Biomarkers Found for Major Depressive Disorder
News May 23, 2013
New research that finds links between biological and genetic markers and improved response to L-methylfolate as an augmentation therapy for major depressive disorder (MDD) is the focus of three presentations at this year’s American Psychiatric Association (APA) and Society of Biological Psychiatry (SOBP) annual meetings.
MDD can include certain metabolic conditions associated with poor response to Selective Serotonin Reuptake Inhibitors (SSRI). A study recently published in the American Journal of Psychiatry (December 2012) examined L-methylfolate 15mg as an adjunct to SSRIs compared to adjunctive placebo. Co-primary endpoints included response (50% reduction) and degree of reduction in depressive symptoms as measured by the Hamilton Depression Rating Scale (HDRS). Secondary and exploratory endpoints included treatment effect in patients stratified by genotypes and other biomarkers including obesity.
Two presentations at the SOBP annual meeting on May 16, and one at the APA annual meeting on May 22, presented data from this published study. 75 outpatients inadequately responding to an SSRI were enrolled in a 60-day study, divided into two, 30-day evaluation periods. Patients were randomized to receive L-methylfolate 15mg + SSRI for 60 days; placebo + SSRI for 30 days followed by L-methylfolate 15mg + SSRI for 30 days; or placebo + SSRI for 60 days. The SSRI doses remained constant during the double-blind phase of the study. Pooled 30 day results demonstrated significantly greater benefits in all-comers with adjunctive L-methylfolate 15mg + SSRI versus placebo + SSRI (continued SSRI monotherapy) according to Sequential Parallel Comparison Design (SPCD). Secondary genomic and biomarker endpoints were evaluated to determine if there was a difference in clinical response to adjunctive L-methylfolate 15mg in patients stratified by genotypes and obesity.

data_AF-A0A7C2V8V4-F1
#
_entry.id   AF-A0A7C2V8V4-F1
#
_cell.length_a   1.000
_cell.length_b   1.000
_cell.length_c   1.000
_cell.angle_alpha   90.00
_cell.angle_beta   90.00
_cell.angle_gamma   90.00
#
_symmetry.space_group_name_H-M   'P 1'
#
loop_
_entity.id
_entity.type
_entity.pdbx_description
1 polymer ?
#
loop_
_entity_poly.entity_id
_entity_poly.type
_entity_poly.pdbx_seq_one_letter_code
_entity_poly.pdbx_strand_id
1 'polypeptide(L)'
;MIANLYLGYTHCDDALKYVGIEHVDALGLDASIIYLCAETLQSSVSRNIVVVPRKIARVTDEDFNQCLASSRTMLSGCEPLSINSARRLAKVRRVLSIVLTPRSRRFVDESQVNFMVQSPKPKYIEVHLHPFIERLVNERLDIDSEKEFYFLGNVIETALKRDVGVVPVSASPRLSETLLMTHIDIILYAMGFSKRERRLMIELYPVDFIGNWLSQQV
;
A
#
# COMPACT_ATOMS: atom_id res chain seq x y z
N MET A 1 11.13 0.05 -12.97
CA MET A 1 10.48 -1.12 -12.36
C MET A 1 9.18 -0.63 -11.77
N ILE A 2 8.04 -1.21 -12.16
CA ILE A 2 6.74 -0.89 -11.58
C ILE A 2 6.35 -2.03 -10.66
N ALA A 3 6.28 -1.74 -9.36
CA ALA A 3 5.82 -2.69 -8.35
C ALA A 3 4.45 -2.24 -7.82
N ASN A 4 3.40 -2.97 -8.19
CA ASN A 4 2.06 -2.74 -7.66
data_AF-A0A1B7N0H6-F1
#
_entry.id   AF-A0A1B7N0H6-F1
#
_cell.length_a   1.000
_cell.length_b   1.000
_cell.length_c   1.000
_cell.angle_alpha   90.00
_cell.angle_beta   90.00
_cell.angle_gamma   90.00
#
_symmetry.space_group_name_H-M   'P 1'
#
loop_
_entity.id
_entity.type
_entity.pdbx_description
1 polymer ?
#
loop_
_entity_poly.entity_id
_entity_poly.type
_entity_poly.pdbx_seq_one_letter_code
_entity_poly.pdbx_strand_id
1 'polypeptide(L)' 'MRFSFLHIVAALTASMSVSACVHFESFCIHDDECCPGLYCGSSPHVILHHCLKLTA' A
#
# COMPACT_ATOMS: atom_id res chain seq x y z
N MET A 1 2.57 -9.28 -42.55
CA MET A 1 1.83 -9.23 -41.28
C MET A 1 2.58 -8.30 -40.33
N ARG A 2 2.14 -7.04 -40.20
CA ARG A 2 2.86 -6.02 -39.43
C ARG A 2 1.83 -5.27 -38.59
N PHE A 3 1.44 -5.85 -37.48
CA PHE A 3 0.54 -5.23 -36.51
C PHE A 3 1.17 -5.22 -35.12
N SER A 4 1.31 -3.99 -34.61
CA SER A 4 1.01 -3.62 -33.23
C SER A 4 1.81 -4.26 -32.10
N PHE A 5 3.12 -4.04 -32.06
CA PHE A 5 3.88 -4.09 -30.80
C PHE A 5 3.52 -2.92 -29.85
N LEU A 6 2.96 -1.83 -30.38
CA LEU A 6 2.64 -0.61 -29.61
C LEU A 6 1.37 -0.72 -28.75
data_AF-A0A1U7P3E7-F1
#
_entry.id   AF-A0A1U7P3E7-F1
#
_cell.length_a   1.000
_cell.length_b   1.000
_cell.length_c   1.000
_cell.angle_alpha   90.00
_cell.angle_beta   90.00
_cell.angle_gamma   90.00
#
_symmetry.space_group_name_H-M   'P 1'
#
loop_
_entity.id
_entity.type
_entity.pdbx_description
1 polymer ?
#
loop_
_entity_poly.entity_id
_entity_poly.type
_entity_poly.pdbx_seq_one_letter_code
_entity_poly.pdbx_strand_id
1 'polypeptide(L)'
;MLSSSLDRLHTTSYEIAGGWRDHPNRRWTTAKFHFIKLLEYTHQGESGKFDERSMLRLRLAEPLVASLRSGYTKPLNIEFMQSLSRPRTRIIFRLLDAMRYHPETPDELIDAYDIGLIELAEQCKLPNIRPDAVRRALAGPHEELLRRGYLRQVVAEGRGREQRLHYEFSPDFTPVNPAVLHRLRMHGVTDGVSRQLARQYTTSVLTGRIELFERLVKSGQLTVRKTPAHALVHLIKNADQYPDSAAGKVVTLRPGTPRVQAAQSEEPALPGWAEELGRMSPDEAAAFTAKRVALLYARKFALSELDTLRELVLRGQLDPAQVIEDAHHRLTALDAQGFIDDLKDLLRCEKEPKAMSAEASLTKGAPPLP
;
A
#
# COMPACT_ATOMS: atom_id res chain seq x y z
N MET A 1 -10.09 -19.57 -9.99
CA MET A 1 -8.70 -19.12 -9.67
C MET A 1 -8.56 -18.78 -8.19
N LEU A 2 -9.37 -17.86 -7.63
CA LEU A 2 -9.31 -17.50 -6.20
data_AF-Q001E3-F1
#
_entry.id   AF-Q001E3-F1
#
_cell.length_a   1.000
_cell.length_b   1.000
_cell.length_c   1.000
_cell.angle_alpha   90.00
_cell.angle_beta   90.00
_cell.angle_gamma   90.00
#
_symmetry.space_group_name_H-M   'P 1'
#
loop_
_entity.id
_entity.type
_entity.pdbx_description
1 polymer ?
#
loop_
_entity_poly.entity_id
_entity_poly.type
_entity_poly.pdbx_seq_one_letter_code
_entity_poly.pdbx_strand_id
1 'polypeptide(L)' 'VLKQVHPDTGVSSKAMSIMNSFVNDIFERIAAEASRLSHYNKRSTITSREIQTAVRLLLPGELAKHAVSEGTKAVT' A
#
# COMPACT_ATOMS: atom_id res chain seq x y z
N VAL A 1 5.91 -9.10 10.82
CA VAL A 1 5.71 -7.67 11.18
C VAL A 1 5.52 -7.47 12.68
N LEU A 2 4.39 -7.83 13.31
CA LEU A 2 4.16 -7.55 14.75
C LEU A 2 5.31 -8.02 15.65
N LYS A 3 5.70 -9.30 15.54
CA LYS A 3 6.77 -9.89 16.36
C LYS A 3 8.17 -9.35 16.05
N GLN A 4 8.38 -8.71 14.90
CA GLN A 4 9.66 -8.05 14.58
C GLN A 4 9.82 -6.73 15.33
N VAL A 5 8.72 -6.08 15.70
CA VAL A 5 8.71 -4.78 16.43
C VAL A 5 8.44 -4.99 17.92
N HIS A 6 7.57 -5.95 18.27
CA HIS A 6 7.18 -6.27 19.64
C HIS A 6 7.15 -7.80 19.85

Researchers say they have discovered a gene mutation that slows the metabolism of sugar in the gut, giving people who have the mutation a lower risk of diabetes, obesity, heart failure, and even death. The researchers say their finding could provide the basis for drug therapies that could mimic the workings of this gene mutation.